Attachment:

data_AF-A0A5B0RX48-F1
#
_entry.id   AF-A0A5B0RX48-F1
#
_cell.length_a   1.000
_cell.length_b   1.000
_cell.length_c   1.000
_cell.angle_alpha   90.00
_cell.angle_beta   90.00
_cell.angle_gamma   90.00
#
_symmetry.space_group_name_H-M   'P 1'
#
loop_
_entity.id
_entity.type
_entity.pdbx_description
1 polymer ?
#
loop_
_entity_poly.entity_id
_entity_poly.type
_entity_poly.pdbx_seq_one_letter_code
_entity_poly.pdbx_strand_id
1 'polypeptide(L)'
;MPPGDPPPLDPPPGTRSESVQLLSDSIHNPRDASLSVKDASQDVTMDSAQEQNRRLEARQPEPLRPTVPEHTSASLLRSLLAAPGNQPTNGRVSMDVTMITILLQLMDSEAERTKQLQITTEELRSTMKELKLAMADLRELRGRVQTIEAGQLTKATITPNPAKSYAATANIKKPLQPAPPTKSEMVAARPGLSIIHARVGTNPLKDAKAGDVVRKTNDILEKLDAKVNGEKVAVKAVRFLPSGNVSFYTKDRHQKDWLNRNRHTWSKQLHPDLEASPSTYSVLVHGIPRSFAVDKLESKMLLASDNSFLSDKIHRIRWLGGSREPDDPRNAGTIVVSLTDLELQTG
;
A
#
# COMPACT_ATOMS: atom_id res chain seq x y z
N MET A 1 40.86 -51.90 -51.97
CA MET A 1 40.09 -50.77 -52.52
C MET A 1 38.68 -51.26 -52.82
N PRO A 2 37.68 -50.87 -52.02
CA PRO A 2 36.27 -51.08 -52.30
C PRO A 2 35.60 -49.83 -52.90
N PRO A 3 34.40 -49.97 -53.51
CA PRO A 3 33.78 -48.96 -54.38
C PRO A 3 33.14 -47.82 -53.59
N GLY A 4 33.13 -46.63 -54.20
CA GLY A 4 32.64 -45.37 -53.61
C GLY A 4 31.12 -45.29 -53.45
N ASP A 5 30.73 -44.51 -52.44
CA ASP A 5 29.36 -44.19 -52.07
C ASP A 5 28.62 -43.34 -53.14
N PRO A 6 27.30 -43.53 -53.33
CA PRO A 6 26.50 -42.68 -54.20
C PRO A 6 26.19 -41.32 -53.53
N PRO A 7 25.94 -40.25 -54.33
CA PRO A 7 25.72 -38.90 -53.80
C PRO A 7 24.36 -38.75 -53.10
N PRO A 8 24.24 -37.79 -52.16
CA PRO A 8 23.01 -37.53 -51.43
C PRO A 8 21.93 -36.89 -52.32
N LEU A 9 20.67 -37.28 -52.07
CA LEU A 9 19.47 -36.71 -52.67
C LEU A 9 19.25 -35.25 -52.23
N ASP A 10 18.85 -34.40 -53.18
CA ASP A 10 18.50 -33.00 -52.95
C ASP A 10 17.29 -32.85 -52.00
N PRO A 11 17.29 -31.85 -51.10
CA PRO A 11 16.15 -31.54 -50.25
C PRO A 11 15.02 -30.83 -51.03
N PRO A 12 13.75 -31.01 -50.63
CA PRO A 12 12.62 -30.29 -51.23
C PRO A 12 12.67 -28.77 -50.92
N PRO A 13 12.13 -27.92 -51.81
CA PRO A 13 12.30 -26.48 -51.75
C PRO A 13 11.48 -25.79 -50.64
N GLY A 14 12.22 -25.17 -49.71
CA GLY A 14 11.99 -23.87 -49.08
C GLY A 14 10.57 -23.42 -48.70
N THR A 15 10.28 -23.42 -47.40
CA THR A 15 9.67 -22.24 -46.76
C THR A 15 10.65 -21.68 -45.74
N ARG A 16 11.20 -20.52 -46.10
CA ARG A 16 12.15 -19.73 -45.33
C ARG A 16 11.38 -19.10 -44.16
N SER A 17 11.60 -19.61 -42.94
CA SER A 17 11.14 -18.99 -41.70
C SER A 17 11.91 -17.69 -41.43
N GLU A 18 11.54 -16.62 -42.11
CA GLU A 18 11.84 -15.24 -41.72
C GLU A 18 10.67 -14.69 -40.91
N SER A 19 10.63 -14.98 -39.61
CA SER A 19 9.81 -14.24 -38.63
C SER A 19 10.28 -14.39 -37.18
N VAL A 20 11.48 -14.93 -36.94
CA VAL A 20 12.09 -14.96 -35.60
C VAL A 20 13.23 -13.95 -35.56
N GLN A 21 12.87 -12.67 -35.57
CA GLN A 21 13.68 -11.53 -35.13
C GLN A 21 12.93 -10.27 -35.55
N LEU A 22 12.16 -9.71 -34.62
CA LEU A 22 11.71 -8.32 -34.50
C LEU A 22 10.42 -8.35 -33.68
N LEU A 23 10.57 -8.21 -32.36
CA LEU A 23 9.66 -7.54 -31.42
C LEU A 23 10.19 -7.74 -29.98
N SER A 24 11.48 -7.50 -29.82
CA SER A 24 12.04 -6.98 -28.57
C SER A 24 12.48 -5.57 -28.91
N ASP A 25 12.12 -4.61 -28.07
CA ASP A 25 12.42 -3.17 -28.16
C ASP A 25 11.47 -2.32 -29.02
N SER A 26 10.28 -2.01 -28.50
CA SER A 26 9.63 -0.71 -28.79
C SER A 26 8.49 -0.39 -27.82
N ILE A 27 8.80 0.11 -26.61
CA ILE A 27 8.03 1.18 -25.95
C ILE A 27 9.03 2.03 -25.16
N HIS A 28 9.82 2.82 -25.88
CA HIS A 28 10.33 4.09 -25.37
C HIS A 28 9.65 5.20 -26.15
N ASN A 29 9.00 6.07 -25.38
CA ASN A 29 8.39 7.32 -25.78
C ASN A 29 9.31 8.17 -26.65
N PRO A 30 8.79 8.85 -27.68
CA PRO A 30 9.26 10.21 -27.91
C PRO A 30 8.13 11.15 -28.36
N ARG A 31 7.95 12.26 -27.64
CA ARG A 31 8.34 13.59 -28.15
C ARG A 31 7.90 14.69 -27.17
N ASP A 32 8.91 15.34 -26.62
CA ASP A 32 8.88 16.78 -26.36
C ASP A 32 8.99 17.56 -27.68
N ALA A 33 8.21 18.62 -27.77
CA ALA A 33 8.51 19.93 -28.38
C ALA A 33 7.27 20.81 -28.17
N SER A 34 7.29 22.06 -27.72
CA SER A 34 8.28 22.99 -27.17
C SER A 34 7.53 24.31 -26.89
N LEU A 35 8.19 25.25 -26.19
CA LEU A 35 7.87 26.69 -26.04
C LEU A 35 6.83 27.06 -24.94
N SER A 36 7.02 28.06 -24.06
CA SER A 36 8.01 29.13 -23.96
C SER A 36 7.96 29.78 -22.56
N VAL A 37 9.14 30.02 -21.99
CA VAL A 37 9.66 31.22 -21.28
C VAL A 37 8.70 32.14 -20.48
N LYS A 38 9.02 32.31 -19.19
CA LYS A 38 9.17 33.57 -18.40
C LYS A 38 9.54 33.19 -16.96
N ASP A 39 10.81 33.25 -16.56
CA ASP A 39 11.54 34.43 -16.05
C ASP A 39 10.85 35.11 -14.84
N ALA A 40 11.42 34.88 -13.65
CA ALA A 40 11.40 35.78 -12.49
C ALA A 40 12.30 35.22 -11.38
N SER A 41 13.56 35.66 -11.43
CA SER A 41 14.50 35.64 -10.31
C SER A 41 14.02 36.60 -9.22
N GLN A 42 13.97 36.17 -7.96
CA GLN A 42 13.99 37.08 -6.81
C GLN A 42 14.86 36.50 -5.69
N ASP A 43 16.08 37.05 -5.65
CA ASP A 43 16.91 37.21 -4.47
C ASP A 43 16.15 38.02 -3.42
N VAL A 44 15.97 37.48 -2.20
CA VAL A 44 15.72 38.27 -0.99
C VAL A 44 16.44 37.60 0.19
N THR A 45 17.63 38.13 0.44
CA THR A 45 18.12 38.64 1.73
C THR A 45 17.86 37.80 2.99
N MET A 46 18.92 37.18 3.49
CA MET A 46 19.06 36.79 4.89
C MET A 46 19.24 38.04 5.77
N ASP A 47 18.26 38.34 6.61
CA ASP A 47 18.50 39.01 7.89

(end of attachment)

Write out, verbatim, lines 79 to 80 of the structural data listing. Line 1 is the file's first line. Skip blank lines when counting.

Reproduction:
N SER A 17 11.60 -19.61 -42.94
CA SER A 17 11.14 -18.99 -41.70